Institutionalization is an important step towards the global adoption of cryptocurrencies as an asset class. But for as long as startups and traditional financial institutions keep building the infrastructure and products for the professional players, regulation will remain the key challenge.
“Institutional Investors are eager for more regulatory clarity, particularly in the U.S.,” stressed Scott Freeman, co-founder and partner of JST Capital.
Yet, Bohrer-Bilowitzki sees the progress made over the last year:
“I think the technology is there, but what is still lacking is an understanding at a regulatory/industry level about what custody means for digital assets. The regulatory landscape still needs to improve. The lack of agreement among national/regional bodies is still discouraging to some. But this too is changing rapidly for the better.”
Investors See Potential in Crypto
According to Crunchbase, the volume of venture investments in blockchain and crypto-companies calculated for Q1–Q3 2019 exceeded $2 billion.
Private funding volume in blockchain and cryptocurrency companies, excluding ICOs. Source: Crunchbase.
The biggest deals were:
- Robinhood with $323 million over a Series E round. The company’s resulting capitalization reached $7.6 billion;
- Bithumb with $200 million over a Series A round attracted despite the 2018’s losses and the hack in June 2019;
- Ripple with $200 million by the end of a Series C round. As a result, the company’s market cap got to the $10 billion mark;
- Kraken with $100 million, reaching $3 billion market capitalization.
In March 2019, Pantera Capital raised $160 million for a Venture Fund III investment project. In April 2019, the launch of a $50-million fund Proof of Capital was announced. HTC was the primary investor. Similarly, Blockchain Capital is going to raise $250 million for its fifth investment fund.
According to The Block, a security-token issuer Securitize raised $15 million from Sony and other famous companies. A custodial service Anchorage raised $40 million over a Series B round involving Visa. Blockchain Capital is invested in both companies.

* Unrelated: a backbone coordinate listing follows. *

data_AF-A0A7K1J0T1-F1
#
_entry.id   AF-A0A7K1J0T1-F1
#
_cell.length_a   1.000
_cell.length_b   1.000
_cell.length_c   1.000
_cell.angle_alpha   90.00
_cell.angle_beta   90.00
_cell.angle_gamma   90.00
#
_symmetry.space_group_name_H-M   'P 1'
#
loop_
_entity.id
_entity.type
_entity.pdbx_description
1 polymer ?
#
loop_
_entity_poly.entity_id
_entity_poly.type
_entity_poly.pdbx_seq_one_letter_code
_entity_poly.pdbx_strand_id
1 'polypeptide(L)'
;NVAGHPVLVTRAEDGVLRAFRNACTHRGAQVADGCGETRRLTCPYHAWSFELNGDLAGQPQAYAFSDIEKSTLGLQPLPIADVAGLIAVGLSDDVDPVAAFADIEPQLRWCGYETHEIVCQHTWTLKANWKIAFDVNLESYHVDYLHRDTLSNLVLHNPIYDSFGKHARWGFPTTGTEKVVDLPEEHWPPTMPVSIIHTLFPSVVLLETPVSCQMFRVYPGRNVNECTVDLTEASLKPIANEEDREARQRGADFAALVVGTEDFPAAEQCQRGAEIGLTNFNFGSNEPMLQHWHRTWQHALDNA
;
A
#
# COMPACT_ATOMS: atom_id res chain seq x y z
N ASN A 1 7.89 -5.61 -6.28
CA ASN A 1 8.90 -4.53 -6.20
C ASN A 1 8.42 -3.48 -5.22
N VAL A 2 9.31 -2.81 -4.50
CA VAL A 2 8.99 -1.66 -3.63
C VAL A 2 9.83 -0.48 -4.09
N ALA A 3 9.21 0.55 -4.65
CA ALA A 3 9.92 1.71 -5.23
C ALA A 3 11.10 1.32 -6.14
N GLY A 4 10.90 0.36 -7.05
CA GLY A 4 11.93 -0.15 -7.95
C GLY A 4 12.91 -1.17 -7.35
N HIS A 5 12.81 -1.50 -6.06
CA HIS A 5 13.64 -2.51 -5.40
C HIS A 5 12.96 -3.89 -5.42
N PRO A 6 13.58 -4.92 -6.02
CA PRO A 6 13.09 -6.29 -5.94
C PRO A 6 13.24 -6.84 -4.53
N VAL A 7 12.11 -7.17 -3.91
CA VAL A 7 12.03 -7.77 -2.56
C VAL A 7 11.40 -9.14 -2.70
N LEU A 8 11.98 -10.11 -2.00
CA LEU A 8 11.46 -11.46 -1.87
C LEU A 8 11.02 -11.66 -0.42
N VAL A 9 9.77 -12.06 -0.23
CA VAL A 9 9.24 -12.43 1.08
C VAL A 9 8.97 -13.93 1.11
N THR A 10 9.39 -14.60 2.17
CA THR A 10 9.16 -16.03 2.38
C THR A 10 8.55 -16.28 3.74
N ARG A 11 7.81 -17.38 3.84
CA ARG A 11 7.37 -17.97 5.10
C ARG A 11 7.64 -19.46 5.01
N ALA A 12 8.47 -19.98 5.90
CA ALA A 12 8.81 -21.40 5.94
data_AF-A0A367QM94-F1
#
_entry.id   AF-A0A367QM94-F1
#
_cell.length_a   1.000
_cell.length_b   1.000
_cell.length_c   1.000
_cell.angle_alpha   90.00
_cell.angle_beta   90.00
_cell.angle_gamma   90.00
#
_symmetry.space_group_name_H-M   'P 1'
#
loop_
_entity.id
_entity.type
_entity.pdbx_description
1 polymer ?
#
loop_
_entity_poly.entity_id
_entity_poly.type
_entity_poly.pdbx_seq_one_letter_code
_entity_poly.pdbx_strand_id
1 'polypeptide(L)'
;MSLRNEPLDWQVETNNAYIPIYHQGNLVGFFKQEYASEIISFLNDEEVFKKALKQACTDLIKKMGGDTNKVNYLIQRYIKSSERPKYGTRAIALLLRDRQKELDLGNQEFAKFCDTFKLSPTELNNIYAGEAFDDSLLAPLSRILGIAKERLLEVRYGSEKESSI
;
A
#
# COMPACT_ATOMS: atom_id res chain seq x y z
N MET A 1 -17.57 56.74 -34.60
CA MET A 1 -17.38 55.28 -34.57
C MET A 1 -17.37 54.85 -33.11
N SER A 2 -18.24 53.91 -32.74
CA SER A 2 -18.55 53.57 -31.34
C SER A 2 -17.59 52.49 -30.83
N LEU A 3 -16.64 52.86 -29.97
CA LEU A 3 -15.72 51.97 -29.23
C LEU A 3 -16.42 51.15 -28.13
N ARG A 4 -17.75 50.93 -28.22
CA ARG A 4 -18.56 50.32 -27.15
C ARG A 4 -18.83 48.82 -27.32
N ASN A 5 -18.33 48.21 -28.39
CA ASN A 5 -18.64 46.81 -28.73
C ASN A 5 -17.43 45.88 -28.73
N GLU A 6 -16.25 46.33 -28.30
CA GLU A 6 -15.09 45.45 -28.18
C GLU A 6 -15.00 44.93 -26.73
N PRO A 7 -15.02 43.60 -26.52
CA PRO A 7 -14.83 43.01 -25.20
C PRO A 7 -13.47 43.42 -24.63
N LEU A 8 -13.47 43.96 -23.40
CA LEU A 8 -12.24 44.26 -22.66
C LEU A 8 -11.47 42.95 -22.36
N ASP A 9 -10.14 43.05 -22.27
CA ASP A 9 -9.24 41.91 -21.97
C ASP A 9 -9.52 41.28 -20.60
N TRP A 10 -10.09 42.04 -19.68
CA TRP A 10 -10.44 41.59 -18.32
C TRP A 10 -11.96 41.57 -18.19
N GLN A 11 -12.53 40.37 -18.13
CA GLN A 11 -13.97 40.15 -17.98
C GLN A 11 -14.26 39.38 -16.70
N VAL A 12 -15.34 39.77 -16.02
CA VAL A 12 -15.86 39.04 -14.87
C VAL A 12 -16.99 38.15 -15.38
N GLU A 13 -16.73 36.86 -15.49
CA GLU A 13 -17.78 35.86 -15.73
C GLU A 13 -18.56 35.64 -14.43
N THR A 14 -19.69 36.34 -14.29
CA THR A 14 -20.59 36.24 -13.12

There are also notable deals by Chainalysis ($30 million), Elliptic ($23 million), BlockFi ($18.3 million in 2019 and $30 million in February 2020), and Compound ($25 million).
Banks and Pension Funds
Over 40 banks in Germany are interested in getting permission to operate a crypto-custody business.
One of the first banks to do so was SolarisBank AG based in Berlin. The institution has previously registered a subsidiary called Solaris Digital Assets to provide said services.
“Digital assets will fundamentally change the financial market. As soon as it becomes easier to buy and store Bitcoin and other cryptocurrencies, we expect strong growth,” said Michael Offermann, head of crypto banking at SolarisBank.
In February 2019, pension funds in Fairfax County, Virginia, invested $40 million into the crypto-industry through Morgan Creek venture firm. Later the same year, these funds invested another $55 million.
The bulk of Morgan Creek Digital’s assets is allocated for blockchain-related infrastructure companies, while about 15% goes into crypto-assets. According to Andy Spellar, the chief investment officer of the employee’s fund, venture investments are getting much more attractive on the backdrop of low interest and ROI from traditional deposits.
“It does so far exhibit some uncorrelated behavior relative to other asset classes,” he added.
Therefore, even conservative institutional players like banks and pension funds are interested in new opportunities to diversify their investment portfolios. The most progressive financial institutions are aiming not only to lower the correlation of investments with the traditional markets but to increase the profitability as well. According to Binance Research, investment portfolios that include Bitcoin can reach these goals with acceptable risks.
As of February 19th, the total volume of assets under Grayscale’s management was $3.3 billion.
02/19/20 UPDATE: Net Assets Under Management, Holdings per Share, and Market Price per Share for our Investment Products.
— Grayscale (@GrayscaleInvest) February 19, 2020
The company’s largest fund Grayscale Bitcoin Trust amounted to $2.95 billion. Considering the price of Bitcoin at that point, it should’ve been managing over 300 000 BTC (1.64% of the entire market supply). The company got to these numbers in less than four years of operation.
A Bitcoin-based fund is the most popular product by Grayscale with 89.29% of all assets under management (AUM). Since only the accredited investors can purchase the funds’ stock directly, this is another point in favor of whales choosing Bitcoin.
According to the recent report, Grayscale’s client base is:
- 71% institutional investors
- 19% accredited investors
- 7% retirement accounts
- 3% family offices.
The Block researchers point out that the holders of about 1.65% of GBTC (Grayscale Bitcoin Trust Common Stock) are institutional investors with AUM over $100 million.